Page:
My books also available on Amazon: http://goo.gl/OZSMj8

Posts on Facebook: https://goo.gl/MXQEqU

Talks on You Tube: https://goo.gl/dVclfm

Choice Clips from ExPat InSights :  https://www.youtube.com/watch?v=vjf3sHaZBSo

 

 

Stories as Drivers of Engagement and Innovation

,

Stories may be truths wrapped in roses, rainbows, and rhythm, but they also create the future–that which is possible and which can indeed be beautiful.

When organizations slow down or arrive at a difficult bend in their developmental journey, people within the organization need hope.  They need new dreams and fresh inspiration.  Success stories from the past empower us, but it is the stories into the future–stories yet to be lived–that catapult us into action and success.

Corporate Storytelling by Raju Mandhyan

These words are etched on the mental corridors of workers in this company that supplies milk and milk derivatives to nearly half the world.

Individuals are shaped by different experiences yet our shared values enable us to combine our strengths to make us innovative and successful. There are just four simple truths that guide us: spirit of co-operation, doing what is right, challenging boundaries, and making it happen.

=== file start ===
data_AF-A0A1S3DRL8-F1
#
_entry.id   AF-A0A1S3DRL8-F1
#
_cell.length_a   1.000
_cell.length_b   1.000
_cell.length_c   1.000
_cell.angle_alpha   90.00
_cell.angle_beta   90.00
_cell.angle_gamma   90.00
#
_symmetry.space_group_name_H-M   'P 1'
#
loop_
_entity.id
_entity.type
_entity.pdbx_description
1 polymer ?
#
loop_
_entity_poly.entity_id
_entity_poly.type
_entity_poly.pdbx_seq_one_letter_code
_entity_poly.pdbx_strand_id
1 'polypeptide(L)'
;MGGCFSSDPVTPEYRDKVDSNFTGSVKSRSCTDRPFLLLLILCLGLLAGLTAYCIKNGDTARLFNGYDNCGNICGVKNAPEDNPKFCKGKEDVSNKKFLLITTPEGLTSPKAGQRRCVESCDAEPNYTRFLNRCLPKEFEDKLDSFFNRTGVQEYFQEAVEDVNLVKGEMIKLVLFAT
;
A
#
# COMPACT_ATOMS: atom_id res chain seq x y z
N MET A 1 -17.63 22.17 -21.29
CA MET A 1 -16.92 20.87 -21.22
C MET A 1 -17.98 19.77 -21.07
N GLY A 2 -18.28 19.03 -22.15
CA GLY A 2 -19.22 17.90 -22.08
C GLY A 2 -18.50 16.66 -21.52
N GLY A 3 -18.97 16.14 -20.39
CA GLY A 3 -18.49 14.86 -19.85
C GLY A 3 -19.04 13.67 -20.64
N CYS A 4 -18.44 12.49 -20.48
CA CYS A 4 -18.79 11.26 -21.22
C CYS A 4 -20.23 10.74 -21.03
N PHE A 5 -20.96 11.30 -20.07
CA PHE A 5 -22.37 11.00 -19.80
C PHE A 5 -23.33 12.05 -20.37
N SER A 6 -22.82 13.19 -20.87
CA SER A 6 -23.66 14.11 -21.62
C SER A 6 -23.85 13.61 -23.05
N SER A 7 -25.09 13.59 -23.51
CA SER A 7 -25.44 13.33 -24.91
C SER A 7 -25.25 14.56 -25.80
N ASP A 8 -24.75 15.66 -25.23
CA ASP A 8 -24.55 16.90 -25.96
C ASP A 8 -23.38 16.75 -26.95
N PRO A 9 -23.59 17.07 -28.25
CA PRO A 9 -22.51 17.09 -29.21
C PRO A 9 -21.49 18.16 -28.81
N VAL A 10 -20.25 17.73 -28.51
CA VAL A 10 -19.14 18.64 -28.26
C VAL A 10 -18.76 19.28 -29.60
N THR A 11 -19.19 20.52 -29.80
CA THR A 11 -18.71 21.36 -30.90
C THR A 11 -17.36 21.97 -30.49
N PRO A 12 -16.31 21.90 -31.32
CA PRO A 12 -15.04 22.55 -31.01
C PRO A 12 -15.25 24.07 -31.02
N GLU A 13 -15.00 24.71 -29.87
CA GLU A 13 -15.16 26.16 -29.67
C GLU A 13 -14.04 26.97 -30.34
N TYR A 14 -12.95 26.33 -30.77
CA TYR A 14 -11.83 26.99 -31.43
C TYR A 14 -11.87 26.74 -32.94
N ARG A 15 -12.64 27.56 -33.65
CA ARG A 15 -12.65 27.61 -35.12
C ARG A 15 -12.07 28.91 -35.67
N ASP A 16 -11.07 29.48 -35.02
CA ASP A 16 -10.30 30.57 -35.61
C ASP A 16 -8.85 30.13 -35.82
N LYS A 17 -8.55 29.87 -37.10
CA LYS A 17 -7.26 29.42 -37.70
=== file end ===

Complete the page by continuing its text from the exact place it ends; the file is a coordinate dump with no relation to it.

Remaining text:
These values are images that are colorful and crystal-clear to the farmers and managers of Fonterra of New Zealand. The clarity and vividness make these values a dynamic living image.  It is the vision and the story that serves as the springboard for creating an unfolding future, a future they continue to create.

Made up of over 400 members, this co-operative has been around for over a hundred years. They have been steadily growing for decades and have consistently and continuously become efficient and innovative.  Why? Because where they have come from is clear in this organization, and where they are heading to, is just as crystal clear.